When the grind of life is so intensive, the human brain cannot process all that needs to be done without mistakes. A checklist has been proven to be an effective tool.

For many years, the checklist was the way business was conducted in my life. Friday was wrap up day; new objectives were set for the next week; Sunday nights were family “get ready for an awesome forthcoming week” at the Crowells’.

Fond memories of Jay Crowell walking into the living room with pencil and goal book in hand.

During our do nothing retreat at Deer Lake, I spied one of Doc Ferch’s books, Quantitative Value. It is a deep read on intelligent investing and eliminating behavioral errors.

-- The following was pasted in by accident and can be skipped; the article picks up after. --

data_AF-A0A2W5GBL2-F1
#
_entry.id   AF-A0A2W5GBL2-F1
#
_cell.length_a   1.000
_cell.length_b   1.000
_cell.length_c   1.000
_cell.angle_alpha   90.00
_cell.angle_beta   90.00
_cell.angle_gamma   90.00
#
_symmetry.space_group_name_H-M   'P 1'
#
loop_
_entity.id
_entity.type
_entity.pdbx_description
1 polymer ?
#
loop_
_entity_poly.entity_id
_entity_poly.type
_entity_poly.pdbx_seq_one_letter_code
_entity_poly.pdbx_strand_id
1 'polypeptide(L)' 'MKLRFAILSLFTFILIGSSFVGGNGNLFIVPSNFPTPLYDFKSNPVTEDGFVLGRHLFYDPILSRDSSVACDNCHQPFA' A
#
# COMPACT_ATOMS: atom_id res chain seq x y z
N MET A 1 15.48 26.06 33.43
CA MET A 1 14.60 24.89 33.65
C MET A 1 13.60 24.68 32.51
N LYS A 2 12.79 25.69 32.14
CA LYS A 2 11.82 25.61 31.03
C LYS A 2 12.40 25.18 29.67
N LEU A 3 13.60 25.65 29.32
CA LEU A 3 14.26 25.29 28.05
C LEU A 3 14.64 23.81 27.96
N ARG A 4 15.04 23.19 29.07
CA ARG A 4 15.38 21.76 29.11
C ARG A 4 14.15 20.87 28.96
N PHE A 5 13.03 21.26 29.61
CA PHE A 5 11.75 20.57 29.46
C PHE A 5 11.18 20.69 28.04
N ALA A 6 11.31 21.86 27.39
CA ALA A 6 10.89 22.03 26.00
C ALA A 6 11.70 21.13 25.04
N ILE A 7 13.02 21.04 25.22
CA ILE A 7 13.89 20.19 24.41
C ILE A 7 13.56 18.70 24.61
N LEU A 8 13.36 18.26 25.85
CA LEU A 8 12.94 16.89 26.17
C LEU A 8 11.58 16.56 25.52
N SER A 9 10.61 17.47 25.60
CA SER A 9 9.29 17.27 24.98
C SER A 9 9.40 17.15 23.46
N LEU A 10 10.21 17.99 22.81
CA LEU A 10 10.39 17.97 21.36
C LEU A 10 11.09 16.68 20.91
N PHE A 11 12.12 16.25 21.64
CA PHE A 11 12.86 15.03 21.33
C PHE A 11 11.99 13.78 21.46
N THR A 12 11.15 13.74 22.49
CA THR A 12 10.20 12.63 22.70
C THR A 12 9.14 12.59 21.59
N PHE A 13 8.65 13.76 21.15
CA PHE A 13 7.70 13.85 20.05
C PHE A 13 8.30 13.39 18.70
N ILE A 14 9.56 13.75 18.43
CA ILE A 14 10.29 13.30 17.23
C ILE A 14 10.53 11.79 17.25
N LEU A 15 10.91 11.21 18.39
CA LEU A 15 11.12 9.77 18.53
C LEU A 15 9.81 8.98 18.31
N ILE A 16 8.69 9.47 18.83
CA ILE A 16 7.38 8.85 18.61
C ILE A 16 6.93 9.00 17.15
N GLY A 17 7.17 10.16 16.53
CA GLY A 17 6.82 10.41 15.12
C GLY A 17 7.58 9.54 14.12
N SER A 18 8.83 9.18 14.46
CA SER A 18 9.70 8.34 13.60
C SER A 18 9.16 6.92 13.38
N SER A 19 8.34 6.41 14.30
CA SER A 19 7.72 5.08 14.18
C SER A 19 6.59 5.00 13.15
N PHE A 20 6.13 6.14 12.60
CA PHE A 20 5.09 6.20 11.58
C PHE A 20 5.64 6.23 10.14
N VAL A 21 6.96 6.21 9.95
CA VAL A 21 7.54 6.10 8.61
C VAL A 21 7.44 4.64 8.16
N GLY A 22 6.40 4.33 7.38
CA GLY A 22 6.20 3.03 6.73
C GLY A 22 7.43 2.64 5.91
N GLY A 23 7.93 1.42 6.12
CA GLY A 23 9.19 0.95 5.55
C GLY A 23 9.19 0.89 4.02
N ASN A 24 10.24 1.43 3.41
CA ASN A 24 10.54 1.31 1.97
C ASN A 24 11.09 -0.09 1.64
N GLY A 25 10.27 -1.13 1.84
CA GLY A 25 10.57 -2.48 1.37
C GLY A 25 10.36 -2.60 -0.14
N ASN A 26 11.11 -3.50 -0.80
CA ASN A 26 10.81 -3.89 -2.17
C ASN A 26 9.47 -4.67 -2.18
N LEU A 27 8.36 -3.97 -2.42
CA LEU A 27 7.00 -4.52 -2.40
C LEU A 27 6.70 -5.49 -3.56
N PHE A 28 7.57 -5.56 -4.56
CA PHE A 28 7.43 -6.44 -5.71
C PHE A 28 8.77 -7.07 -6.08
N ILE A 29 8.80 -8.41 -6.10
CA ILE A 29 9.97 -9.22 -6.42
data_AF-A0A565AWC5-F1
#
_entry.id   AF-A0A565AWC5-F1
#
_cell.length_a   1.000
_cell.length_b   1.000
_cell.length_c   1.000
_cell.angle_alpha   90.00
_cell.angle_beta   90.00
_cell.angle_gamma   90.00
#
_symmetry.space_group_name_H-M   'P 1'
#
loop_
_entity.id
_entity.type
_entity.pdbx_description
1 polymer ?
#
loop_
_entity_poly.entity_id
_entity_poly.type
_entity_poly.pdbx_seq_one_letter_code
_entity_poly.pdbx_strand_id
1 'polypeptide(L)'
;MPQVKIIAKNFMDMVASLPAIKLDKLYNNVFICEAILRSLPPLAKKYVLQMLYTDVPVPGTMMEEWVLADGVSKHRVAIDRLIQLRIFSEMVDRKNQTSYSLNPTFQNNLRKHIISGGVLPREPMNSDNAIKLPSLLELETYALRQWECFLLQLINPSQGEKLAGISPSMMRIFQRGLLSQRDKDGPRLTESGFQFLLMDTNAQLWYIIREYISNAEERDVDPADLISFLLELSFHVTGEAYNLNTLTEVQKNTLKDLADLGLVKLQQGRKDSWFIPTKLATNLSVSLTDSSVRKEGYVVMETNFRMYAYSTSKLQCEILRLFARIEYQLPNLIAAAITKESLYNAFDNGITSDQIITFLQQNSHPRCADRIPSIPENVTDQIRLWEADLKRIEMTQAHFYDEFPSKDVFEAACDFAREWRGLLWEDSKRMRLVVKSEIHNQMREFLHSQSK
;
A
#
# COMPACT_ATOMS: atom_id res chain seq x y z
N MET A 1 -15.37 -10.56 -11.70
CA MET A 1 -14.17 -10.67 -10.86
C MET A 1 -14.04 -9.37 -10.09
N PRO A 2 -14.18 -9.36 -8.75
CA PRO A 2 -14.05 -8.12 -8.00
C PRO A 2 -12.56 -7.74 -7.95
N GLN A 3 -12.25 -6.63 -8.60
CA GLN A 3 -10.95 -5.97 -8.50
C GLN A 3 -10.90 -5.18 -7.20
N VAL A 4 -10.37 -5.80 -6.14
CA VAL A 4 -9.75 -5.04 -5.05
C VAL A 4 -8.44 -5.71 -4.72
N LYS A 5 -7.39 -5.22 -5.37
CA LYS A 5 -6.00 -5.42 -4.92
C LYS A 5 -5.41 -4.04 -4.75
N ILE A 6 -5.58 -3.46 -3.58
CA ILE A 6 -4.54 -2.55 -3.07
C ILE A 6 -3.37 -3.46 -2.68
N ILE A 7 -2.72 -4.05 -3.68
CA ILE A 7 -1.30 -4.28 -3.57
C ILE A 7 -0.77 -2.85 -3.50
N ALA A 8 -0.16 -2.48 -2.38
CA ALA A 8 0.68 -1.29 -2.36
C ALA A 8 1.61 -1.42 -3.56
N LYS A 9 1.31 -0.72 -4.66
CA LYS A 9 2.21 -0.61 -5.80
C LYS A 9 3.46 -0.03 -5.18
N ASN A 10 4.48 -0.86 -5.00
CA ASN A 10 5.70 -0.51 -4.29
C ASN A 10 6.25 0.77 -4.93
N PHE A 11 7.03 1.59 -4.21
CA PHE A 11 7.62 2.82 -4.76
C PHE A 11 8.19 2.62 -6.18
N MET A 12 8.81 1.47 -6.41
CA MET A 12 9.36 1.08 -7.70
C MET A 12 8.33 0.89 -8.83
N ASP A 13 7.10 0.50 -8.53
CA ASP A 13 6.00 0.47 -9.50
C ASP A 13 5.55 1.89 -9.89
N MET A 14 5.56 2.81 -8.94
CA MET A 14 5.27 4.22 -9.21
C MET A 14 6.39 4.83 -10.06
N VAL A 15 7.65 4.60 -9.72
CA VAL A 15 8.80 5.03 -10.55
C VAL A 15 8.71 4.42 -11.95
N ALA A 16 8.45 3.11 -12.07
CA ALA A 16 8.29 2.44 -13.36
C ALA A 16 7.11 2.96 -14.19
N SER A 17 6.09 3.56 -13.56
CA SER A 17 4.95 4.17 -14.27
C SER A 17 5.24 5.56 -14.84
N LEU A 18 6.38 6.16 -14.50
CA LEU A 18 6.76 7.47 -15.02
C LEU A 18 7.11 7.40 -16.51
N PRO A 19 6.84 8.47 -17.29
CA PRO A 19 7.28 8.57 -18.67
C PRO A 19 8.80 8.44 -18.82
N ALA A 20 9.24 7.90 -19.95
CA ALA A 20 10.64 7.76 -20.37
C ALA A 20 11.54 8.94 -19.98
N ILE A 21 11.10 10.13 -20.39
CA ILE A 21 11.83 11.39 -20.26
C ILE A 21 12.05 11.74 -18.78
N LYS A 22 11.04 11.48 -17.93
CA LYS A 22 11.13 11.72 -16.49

The section that got my attention was the case for checklists.

In WWll the B-19 model crashed. Not due to automation but due to “pilot error.”  The problem was, the plane was so advanced, it was too much technology for one man to fly.

The solution was a pilot’s checklist. Each time I fly in my friends’ plane in Alaska, Mike methodically goes through a checklist.

Checklists save lives. B -17 pilots flew 1.8 million miles without a single accident. Amazing!  

When I return to the real world in two days the checklist system will be put back into place. So thankful that Shann left Quantitative Value on his dresser.   

Three professional life and business goals:

  • Operate in peace.
  • Professional Excellence.
  • Be a Problem Solver, not a Problem Maker.

will be more likely achieved with checklists.